Cash flow from investing activities of Microsoft Corporation incurred a negative balance because cash outflows are more than cash inflows. It involves the only transaction on sales/maturities of investment.
Cash Flow from Financing Activities
Financing cash flows refer to cash received from the issue of debt and equity or paid out as dividends, share repurchases or debt repayments.
- MSFT’s total inflow was 3,494, 6,657, 6,523, 9,213 and 2,006. Included here were debt issued, common stock issued and the excess tax benefit from a stock base.
- Total cash outflow was negative 12,934, -7,463, 13,291, 8,376 and 9,408. It included debt repayment repurchased of common stock, dividends paid and other financing activities. This also showed negative results because outflows transactions were more than cash received by the company.
The company’s financing cash flow was a consistent negative balance because cash outflows exceeded cash inflows.
Free Cash Flow
The graph below will reveal the free cash flow of Microsoft Corporation from 2008 to 2012:
- Free cash flow of MSFT from 2008 to 2012 was 18,430, 15918, 22096, 24639 and 29,321. Its ttm was 29,145. It showed a consistent high running balance throughout its five years of operation.
- Free cash flow shows that the company had huge funds to pay its obligations; current, long term and dividends to its stockholders and even enough to invest new lines of business.
Cash Flow Ratios
Cash flow analysis uses ratios that focus on cash flow and how solvent, liquid, and viable the company is. Here are the most important cash flow ratios that Rio used with her calculations and interpretation on Microsoft Corporation.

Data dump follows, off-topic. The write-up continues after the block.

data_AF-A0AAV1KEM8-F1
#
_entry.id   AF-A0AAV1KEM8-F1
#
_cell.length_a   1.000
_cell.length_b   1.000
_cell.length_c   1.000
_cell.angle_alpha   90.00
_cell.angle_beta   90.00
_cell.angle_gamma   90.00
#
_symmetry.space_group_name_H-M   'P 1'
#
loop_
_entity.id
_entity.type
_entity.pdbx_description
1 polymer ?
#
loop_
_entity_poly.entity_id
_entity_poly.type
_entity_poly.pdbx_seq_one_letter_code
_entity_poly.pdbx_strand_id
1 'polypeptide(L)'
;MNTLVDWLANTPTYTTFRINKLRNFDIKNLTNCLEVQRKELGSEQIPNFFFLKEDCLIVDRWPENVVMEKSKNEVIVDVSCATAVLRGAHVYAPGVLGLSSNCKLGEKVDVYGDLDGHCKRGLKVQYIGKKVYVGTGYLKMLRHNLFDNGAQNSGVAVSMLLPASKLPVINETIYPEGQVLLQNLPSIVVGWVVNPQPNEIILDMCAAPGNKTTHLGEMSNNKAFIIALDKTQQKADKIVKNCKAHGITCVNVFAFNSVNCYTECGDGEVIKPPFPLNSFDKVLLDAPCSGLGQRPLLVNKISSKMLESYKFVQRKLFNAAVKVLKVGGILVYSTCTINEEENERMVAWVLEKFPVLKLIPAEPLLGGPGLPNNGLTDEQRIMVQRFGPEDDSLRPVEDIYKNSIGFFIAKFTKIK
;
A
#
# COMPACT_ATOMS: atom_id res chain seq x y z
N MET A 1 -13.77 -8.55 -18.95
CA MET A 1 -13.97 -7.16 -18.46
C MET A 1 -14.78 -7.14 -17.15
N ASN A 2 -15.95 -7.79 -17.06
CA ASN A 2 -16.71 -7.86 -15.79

- Cash flow margin was 0.36, 0.33, 0.39, .39 and 0.43; its ttm was .44. Cash flow margin measures how efficiently a company converts its sales dollars to cash.
- Operating cash flow was 0.72, 0.70, 0.92, 0.94 and 0.97. ttm of .85. It measures how well current liabilities are covered by the cash flow generated from a company’s operations.
- Free cash flow was 0.85, 0.84, 0.92, 0.91 and 0.93. It shows that the company has excess funds after paying expenses and dividends.
- Capital expenditure was 6.79, 6.10, 12.18, 11.46 and 13.72. with ttm of 12.79. A ratio that measures a company’s ability to acquire long-term assets using free cash flow. The cash flow to capital expenditures (CF to CAPEX) ratio will often fluctuate as businesses go through cycles of large and small capital expenditures.
- Total debt ratio was 0.59, 0.50, 0.60, 0.52 and 0.58; ttm of 0.56. This ratio provides an indication of a company’s ability to cover total debt with its yearly cash flow from operations. The higher the percentage ratio, the better the company’s ability to carry its total debt.
Cash flow ratios of MSFT show that the company’s cash flow margin has a ttm of .44. Therefore, the company is efficient in converting its sales in dollars to cash. Operating cash flow is also impressive at 0.85. Its capital expenditure is also high which means that the company is able to acquire long-term assets using its free cash flow. Finally, the total debt ratio is 50 percent and above, so the company has the ability to carry its total debt up to 50 percent.
Written by Rio
Edited by Cris